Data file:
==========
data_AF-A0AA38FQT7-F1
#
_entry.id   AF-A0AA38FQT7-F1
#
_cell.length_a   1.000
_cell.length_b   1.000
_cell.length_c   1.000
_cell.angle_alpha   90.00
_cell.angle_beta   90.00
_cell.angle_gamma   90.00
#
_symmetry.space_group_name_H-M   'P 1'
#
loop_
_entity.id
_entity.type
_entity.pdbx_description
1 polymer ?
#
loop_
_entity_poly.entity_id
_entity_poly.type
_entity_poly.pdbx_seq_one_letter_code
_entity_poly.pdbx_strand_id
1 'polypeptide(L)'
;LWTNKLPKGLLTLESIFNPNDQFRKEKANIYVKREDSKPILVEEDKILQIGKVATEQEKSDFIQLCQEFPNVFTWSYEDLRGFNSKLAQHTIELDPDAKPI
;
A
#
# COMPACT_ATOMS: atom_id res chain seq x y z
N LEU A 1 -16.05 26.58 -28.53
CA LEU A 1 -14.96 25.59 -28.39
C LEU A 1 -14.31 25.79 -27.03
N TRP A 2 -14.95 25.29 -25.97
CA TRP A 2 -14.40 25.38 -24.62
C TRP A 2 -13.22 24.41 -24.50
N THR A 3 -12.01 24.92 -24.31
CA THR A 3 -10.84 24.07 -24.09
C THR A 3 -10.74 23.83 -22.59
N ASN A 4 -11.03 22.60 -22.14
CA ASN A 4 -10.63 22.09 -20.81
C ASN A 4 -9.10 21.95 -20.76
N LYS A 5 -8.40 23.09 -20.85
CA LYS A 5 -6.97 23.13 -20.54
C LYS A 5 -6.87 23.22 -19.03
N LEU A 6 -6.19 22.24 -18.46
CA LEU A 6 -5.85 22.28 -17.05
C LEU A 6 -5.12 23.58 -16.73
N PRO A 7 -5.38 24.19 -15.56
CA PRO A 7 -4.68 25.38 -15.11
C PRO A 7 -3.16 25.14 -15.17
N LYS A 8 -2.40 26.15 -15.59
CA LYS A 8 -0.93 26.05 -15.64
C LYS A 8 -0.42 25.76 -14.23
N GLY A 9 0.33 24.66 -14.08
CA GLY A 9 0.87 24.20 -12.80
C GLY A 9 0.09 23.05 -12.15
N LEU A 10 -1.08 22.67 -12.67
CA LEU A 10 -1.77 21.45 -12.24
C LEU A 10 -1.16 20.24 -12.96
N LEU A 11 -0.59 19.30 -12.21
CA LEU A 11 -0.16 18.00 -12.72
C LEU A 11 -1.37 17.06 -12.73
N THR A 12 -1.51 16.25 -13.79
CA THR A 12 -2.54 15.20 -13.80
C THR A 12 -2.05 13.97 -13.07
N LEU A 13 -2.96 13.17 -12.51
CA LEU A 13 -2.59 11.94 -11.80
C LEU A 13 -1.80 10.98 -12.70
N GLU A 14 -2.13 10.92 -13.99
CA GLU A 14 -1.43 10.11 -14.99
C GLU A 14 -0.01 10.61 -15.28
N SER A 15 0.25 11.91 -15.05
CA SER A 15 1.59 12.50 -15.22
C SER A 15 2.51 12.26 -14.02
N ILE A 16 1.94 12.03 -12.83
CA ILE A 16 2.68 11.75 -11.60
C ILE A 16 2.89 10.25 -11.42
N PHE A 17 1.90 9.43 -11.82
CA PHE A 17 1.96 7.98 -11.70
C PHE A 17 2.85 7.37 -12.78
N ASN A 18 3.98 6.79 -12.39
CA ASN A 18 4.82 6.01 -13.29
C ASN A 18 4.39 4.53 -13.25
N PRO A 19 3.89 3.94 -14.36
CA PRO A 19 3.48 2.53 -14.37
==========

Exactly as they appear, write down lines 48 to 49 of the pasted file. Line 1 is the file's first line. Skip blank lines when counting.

C LEU A 6 -5.12 23.58 -16.73
N PRO A 7 -5.38 24.19 -15.56